Whether it’s forty degrees or forty below, your HVAC business keeps your customers cozy in Canada’s wildly varying climate. And in turn, you can rely on HVAC contractors insurance to turn down the heat on the financial risks that your business faces every day. (Yeah, it’s a bad pun, but we’ll make up for it by giving you valuable information, so please read on…)
What are those risks? Unlike plumbers, who naturally need to be concerned about water damage, HVAC technicians don’t have an obvious area of concern in terms of the insurance claims they are likely to make. We put the question to the contractors insurance experts at our business insurance partners.
They told us there are two big areas of concern for HVAC contractors: Fire losses, and losses related to freezing.
Fire is a problem primarily for HVAC contractors that do repair or replacement work on existing buildings, whether it be residential or commercial buildings. Because HVAC work involves using an open flame for welding, soldering or brazing, you can imagine that working in an older building that may be filled with junk and debris, can definitely lead to fires.
Freezing? Yeah, freezing
It’s not an obvious hazard, but the fact is that HVAC contractors also make quite a few claims related to frozen pipes, whether they carry water, refrigerant or other chemicals. These claims typically happen when working on new construction projects when pipes may be exposed to the elements for any number of reasons, including a failure, usually on the part of junior staff, to properly seal and insulate newly-installed pipes. If the pipes freeze and burst, it can make quite a mess.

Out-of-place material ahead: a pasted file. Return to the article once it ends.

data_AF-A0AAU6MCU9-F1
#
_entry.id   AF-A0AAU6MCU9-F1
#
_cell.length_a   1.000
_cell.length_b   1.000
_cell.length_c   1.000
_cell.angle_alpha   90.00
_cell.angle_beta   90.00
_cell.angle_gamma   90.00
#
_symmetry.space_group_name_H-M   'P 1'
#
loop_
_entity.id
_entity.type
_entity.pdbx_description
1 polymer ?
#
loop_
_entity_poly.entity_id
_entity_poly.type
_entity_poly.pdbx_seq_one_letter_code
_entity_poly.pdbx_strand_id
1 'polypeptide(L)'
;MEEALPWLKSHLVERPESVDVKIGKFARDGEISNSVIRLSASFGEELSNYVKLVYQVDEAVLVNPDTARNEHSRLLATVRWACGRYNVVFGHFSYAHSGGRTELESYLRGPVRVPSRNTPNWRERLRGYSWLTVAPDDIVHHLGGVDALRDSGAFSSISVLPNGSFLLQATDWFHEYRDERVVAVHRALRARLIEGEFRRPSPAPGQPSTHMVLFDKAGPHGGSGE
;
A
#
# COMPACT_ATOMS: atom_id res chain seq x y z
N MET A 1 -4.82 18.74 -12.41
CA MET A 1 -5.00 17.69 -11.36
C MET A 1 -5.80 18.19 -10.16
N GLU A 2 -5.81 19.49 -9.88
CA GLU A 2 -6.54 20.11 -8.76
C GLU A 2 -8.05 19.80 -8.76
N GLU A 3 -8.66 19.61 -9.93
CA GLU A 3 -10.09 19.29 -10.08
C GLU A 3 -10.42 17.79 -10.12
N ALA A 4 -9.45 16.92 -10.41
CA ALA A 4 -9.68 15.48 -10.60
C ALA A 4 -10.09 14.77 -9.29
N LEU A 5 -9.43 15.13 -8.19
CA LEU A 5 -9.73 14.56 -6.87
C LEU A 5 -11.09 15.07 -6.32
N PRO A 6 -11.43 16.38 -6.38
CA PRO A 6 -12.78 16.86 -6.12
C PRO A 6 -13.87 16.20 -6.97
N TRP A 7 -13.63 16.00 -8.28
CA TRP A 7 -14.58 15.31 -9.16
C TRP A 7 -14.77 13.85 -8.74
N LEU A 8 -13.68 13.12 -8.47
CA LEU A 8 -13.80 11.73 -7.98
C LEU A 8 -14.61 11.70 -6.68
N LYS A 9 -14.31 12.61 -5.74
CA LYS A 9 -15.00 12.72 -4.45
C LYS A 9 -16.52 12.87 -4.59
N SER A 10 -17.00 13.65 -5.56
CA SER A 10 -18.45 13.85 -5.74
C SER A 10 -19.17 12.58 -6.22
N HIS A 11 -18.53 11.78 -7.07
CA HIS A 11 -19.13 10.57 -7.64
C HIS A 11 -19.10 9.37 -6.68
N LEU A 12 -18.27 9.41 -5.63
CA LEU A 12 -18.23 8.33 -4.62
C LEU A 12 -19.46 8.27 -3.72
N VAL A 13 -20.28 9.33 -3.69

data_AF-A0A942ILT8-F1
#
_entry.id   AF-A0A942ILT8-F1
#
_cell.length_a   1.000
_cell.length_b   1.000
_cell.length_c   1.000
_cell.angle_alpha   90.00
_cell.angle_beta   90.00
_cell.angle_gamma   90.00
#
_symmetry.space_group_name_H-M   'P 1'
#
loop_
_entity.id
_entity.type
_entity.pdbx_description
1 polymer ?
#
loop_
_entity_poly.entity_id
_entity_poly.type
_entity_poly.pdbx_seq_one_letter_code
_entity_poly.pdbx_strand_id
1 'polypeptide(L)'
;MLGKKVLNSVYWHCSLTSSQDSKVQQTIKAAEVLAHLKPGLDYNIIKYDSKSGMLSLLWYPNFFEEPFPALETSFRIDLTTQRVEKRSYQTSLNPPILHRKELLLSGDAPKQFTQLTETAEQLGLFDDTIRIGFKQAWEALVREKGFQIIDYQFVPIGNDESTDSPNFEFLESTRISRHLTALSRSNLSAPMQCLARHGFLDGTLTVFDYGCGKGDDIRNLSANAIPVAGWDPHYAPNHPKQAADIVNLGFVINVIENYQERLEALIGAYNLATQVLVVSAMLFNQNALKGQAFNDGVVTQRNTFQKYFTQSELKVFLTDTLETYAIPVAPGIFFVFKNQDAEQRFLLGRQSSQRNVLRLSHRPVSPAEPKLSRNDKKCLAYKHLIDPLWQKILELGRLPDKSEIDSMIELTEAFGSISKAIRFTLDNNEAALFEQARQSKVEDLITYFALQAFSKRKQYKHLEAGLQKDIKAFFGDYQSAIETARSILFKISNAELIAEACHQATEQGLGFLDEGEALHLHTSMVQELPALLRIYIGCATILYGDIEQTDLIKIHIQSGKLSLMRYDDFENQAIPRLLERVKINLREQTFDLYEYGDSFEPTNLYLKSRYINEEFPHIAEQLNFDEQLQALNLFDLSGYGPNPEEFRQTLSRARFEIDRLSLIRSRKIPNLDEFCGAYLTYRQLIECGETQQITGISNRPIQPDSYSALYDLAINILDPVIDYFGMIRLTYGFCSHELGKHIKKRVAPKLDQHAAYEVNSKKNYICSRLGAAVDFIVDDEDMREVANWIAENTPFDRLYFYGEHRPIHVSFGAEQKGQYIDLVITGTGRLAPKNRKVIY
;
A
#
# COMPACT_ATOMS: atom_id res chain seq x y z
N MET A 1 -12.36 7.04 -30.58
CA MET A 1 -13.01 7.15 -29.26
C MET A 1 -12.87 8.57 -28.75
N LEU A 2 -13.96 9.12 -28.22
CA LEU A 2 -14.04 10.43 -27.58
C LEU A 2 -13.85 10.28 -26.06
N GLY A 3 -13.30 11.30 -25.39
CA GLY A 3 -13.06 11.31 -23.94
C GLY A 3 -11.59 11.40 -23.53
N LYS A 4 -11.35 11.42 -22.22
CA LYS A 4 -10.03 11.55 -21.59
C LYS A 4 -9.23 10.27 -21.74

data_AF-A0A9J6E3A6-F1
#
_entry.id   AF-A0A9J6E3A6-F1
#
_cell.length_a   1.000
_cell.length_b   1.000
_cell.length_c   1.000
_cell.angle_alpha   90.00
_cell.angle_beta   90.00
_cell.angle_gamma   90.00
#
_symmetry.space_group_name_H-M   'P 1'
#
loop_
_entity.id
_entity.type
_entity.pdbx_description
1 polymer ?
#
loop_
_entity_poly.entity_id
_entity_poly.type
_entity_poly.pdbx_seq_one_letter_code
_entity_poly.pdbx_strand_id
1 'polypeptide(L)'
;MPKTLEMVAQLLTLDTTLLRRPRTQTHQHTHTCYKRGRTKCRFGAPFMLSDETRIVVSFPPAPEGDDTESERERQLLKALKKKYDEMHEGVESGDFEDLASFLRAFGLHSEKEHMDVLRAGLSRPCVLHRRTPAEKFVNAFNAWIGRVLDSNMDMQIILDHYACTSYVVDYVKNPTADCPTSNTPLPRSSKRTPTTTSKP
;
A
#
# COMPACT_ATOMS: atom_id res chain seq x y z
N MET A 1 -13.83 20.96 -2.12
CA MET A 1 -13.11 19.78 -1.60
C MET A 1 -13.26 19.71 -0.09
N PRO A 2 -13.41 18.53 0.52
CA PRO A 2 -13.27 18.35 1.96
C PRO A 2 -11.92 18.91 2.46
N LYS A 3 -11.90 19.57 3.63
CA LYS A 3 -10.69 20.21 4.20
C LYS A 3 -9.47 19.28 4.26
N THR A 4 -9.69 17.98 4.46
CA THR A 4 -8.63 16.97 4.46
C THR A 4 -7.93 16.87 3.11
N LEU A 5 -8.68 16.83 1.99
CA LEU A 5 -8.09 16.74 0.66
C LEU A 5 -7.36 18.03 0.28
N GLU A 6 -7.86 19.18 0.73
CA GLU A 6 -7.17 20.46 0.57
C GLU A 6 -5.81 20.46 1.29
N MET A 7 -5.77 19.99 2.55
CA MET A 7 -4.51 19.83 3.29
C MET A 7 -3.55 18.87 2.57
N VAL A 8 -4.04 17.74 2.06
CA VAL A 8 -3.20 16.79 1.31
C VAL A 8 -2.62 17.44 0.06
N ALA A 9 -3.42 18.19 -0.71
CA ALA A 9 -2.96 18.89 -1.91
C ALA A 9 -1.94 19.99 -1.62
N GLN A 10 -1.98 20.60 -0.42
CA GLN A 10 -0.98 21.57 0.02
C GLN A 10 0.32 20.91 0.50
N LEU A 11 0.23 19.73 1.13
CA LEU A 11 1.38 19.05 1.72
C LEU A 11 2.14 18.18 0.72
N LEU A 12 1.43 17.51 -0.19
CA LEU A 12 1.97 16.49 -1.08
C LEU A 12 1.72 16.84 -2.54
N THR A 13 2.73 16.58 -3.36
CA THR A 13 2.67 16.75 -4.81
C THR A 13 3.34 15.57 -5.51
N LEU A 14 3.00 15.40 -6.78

Did you know?
You might think that you would only need to make a liability claim if you or your staff do something wrong. That would be great, but the fact is that even if you and your employees take the greatest care and do everything right (which of course, is exactly how it is), if your customer suffers, say, $30,000 in water damage, if the pipe or connection that failed is close to something you were working on, a court would probably find you at least partly liable, and that would trigger a claim. Sad but true.
Common claim scenario